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Liberating the Self from Words
BY: T. Franklin Murphy | August 2017
The self is more complex than any grouping of words can define. We must discover the self through a more appropriate method.
We are complex beings. Multitude of forces shapes our lives, slowly molding, expanding and softening the self. In the forecourt of the temple of Apollo, we find written on a stone, “Know Thyself.” We are fascinated with our self. We hear our name mentioned across a crowded room of multiple conversations. We artfully filter out the noise until we become the topic of conversation. We are the main character in our drama.
But how well can we know ourselves? Is knowledge gained from painful examination in the mirror, critically examining every line, wrinkle and bulge? How about internal realities, how do we know who we are, and what motivates our behavior? Our self-examinations are subjective, the measurements are biased when the elf evaluates the self, fraught with faulty conclusions; we either dismiss important flaws, or painfully ruminate on non-consequential personality tics. We struggle to find an objective balance, seeing the self for who it is and who it isn’t.
"The Self lies beyond the senses and can only be understood by him who knows It is.” Katha Upanishad
Knowing thyself sounds simple; but it’s not. The self is a dynamic, changing being. Measuring our big five personality traits only capsulizes a small portion of the enormous complexities of the self. We need more than a psychology test. We are much, much more than a few identifiable traits. Eckart Tolle suggests, “To know yourself is to be rooted in being, instead of lost in your own mind.” Often, Tolle’s writings are a bit mystical, but his concept of self-knowledge appears on target. Knowing ourselves in this light shifts work from subjective analysis, defined with words, and moves self-knowledge to greater self-awareness, identifying emotions and thoughts without labeling and interpreting their greater meaning.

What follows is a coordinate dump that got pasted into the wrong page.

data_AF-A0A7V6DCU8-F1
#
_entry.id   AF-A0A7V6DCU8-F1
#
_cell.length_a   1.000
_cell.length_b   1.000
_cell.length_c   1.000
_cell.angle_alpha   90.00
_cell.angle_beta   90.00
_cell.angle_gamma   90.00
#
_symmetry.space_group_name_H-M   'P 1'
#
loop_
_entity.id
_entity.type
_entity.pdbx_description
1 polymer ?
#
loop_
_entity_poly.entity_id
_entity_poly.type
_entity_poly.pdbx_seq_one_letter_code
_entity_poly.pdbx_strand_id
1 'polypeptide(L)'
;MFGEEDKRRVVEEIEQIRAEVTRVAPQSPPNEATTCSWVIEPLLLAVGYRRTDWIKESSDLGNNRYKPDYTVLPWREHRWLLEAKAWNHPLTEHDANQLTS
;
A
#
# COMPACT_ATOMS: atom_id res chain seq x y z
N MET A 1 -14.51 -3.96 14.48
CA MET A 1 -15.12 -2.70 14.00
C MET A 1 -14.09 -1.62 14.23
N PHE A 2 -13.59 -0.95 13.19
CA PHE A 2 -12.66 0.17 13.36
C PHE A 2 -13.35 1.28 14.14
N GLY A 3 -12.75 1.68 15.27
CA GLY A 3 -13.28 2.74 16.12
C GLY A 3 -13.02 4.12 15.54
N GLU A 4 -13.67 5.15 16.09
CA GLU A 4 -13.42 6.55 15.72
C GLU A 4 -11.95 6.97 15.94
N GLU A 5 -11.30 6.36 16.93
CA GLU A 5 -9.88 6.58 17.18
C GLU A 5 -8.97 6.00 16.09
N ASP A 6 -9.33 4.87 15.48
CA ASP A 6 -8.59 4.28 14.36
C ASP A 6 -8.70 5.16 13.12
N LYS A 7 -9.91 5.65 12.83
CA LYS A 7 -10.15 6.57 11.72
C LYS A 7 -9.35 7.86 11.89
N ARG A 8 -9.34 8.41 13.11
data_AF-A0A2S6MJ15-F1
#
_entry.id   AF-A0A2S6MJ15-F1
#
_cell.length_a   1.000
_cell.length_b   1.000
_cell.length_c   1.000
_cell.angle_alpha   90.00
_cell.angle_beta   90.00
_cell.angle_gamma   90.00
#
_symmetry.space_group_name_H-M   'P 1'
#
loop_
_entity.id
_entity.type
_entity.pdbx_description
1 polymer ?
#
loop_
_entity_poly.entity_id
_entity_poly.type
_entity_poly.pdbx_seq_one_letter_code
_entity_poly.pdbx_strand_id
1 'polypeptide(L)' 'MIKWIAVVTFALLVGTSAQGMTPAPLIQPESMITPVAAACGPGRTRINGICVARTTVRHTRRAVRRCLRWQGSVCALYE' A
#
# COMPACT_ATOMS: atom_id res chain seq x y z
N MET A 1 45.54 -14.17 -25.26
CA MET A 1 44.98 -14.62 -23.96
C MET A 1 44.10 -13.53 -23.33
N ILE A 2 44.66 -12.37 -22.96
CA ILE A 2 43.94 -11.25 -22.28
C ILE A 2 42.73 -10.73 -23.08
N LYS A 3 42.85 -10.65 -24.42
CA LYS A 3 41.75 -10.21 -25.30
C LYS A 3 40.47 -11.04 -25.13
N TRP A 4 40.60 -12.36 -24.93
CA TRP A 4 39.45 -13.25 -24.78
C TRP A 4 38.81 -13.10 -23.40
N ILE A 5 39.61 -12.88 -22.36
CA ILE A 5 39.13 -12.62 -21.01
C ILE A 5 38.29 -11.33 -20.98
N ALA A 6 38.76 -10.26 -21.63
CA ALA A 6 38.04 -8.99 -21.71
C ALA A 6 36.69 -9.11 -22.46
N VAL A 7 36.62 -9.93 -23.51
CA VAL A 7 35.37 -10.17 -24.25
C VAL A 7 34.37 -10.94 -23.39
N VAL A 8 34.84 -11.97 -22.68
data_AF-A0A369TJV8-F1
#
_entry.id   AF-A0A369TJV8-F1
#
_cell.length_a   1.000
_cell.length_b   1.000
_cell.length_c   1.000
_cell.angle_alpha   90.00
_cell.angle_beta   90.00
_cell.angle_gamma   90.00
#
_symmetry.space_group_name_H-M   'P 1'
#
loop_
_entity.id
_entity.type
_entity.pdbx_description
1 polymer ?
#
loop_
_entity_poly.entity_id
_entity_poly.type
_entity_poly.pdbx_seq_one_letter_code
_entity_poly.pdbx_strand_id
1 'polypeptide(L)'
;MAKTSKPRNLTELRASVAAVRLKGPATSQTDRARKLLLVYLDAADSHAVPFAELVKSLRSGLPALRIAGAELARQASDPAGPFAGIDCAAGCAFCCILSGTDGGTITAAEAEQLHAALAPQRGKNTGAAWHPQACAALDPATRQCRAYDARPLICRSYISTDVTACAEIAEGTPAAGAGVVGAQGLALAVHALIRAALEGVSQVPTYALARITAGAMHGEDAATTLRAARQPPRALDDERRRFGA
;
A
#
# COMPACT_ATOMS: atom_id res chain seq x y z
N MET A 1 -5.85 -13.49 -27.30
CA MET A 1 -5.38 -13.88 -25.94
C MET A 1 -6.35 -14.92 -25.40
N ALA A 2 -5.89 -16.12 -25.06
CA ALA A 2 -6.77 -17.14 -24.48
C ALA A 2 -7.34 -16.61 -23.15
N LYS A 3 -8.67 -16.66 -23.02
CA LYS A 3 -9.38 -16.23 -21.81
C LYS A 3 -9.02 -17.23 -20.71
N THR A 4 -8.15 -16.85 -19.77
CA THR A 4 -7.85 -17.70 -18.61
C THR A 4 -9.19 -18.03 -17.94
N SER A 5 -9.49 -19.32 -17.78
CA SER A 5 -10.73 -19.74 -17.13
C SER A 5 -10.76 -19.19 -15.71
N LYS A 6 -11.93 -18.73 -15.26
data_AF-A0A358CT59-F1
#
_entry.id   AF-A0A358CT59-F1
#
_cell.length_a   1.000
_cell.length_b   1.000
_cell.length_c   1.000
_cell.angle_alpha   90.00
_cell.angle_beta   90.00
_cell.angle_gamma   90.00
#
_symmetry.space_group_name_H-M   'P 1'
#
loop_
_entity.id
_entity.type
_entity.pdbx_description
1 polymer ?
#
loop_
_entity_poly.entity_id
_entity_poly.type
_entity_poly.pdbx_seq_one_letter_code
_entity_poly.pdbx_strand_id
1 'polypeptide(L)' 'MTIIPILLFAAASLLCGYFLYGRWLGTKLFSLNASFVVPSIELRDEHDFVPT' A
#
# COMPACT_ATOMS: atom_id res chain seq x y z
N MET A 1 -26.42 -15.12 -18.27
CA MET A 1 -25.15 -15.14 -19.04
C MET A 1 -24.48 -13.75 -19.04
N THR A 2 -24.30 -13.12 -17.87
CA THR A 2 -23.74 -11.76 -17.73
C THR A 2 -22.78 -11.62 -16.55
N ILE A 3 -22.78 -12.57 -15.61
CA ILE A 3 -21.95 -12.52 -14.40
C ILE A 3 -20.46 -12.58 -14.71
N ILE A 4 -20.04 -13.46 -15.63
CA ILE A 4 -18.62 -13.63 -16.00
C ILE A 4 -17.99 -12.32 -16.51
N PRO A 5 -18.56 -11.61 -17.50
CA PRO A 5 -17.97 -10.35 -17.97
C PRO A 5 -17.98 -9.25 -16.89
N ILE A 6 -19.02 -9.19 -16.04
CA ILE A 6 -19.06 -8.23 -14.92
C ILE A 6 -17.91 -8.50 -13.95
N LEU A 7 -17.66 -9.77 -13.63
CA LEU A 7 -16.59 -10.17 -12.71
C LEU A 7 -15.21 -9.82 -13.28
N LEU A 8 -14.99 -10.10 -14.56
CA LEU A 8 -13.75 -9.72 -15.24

In personal discovery, we often expect to stumble on answers that offers finality, a short synopsis that clearly defines our essence. With this we can declare “This is who I am.” But self-knowledge of this sort doesn’t exist. We are much more than an entry in the latest version of the DSM (Diagnostic and Statistical Manual of Mental Disorders, 5th Edition: DSM-5).
. In the quest to know ourselves, we discover a complex, dynamic, and partly knowable being. These discoveries, while interspersed with unknowns, gives sufficient knowledge for liberation. We must excuse the over-simplified labels tainted with biases, self-aggrandizements, and social influence. Misguided word descriptions colored with subjectivity, and over-estimated talents ignore faults and undercut worth. With skewed perceptions of self, we battle against reality. Our distorted pictures of self defy evidence. We fail and claim victory. We succeed and sorrow for our loss. While we feel confident in our versions of self, we remain foolishly ignorant.
All is not lost. We can free ourselves from the wordy descriptions, opening to our more expansive existence that exists beyond consciousness. We’re not condemned to blindly plot action from a vague notion of self. We can be well-acquainted with the forces impacting our lives—inside and out. We can’t banish the biological and social constraints burdening evaluations, but we can learn to work better with them. Labeling ourselves as, “great,” or “terrible” shows ignorance to the complexity, missing the dynamic traits of aliveness. The labels are judgments voiding life of beauty. We are much more than this.
With persistence, we discover some of the elements that subtly shape who we are becoming. While we never fully know the self, we can, however, build a better self—a self more than the biological and cultural forces dictate.